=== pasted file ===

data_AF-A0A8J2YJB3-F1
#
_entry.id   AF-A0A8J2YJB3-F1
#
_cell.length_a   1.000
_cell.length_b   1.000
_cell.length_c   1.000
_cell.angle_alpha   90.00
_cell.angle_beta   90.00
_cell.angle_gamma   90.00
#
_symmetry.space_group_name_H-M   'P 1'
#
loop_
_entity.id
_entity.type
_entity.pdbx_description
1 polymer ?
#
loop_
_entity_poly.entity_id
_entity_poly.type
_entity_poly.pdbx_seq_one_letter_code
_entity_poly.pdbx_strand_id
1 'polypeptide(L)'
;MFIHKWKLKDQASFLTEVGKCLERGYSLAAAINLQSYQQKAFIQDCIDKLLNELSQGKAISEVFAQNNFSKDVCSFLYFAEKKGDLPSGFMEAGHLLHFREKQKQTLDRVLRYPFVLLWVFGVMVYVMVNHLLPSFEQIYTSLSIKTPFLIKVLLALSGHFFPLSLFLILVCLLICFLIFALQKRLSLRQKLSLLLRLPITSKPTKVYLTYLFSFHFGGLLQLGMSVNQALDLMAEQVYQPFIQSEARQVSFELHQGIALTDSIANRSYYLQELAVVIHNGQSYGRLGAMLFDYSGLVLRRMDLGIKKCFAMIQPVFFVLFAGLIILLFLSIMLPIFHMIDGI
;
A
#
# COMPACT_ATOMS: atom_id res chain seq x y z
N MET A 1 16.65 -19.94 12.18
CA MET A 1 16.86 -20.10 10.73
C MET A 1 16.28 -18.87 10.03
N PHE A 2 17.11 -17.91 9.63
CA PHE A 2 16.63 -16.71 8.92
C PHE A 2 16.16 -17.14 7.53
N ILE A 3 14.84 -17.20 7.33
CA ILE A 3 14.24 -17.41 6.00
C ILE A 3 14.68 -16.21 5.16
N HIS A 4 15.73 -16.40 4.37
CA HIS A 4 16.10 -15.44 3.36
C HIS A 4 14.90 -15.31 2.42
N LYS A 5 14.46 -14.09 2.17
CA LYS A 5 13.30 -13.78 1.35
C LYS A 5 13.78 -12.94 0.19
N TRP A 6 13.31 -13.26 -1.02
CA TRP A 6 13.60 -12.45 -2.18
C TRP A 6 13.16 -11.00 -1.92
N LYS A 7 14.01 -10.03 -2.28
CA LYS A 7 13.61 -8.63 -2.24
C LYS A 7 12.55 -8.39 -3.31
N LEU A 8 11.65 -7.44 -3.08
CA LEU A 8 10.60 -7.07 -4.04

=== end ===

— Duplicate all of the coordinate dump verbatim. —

data_AF-A0A8J2YJB3-F1
#
_entry.id   AF-A0A8J2YJB3-F1
#
_cell.length_a   1.000
_cell.length_b   1.000
_cell.length_c   1.000
_cell.angle_alpha   90.00
_cell.angle_beta   90.00
_cell.angle_gamma   90.00
#
_symmetry.space_group_name_H-M   'P 1'
#
loop_
_entity.id
_entity.type
_entity.pdbx_description
1 polymer ?
#
loop_
_entity_poly.entity_id
_entity_poly.type
_entity_poly.pdbx_seq_one_letter_code
_entity_poly.pdbx_strand_id
1 'polypeptide(L)'
;MFIHKWKLKDQASFLTEVGKCLERGYSLAAAINLQSYQQKAFIQDCIDKLLNELSQGKAISEVFAQNNFSKDVCSFLYFAEKKGDLPSGFMEAGHLLHFREKQKQTLDRVLRYPFVLLWVFGVMVYVMVNHLLPSFEQIYTSLSIKTPFLIKVLLALSGHFFPLSLFLILVCLLICFLIFALQKRLSLRQKLSLLLRLPITSKPTKVYLTYLFSFHFGGLLQLGMSVNQALDLMAEQVYQPFIQSEARQVSFELHQGIALTDSIANRSYYLQELAVVIHNGQSYGRLGAMLFDYSGLVLRRMDLGIKKCFAMIQPVFFVLFAGLIILLFLSIMLPIFHMIDGI
;
A
#
# COMPACT_ATOMS: atom_id res chain seq x y z
N MET A 1 16.65 -19.94 12.18
CA MET A 1 16.86 -20.10 10.73
C MET A 1 16.28 -18.87 10.03
N PHE A 2 17.11 -17.91 9.63
CA PHE A 2 16.63 -16.71 8.92
C PHE A 2 16.16 -17.14 7.53
N ILE A 3 14.84 -17.20 7.33
CA ILE A 3 14.24 -17.41 6.00
C ILE A 3 14.68 -16.21 5.16
N HIS A 4 15.73 -16.40 4.37
CA HIS A 4 16.10 -15.44 3.36
C HIS A 4 14.90 -15.31 2.42
N LYS A 5 14.46 -14.09 2.17
CA LYS A 5 13.30 -13.78 1.35
C LYS A 5 13.78 -12.94 0.19
N TRP A 6 13.31 -13.26 -1.02
CA TRP A 6 13.60 -12.45 -2.18
C TRP A 6 13.16 -11.00 -1.92
N LYS A 7 14.01 -10.03 -2.28
CA LYS A 7 13.61 -8.63 -2.24
C LYS A 7 12.55 -8.39 -3.31
N LEU A 8 11.65 -7.44 -3.08
CA LEU A 8 10.60 -7.07 -4.04